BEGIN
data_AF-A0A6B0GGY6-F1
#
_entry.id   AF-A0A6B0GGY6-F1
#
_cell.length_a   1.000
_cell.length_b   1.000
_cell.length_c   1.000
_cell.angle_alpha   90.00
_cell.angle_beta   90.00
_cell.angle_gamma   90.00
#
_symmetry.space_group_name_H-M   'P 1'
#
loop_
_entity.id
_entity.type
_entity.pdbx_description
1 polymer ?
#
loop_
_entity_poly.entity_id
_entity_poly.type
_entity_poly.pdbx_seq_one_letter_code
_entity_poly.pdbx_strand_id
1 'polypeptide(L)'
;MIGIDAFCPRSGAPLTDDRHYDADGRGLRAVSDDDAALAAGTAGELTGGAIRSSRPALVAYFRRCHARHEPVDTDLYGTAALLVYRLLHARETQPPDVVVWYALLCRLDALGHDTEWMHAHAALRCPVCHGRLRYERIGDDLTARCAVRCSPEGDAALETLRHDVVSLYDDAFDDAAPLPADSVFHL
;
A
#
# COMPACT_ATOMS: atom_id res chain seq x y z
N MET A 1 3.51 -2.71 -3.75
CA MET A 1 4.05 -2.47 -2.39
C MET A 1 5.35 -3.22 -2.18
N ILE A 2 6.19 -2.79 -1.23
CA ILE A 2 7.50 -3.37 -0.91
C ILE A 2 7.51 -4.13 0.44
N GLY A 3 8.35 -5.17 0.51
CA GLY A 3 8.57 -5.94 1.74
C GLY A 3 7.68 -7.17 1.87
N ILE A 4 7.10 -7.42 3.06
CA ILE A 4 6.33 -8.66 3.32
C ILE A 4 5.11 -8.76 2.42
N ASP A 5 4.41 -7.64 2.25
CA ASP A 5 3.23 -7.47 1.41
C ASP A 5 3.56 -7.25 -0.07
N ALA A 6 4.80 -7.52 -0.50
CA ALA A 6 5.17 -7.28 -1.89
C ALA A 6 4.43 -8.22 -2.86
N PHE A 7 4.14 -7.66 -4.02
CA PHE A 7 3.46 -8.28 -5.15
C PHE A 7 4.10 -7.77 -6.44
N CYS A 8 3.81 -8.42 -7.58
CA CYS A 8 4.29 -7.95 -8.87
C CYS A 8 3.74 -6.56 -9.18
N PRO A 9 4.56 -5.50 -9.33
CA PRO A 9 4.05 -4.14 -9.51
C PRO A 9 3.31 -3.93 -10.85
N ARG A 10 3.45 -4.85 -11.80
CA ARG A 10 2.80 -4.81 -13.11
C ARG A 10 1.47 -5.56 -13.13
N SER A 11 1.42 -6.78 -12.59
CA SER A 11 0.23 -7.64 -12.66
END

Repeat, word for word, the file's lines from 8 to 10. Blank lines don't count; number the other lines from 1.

_cell.angle_alpha   90.00
_cell.angle_beta   90.00
_cell.angle_gamma   90.00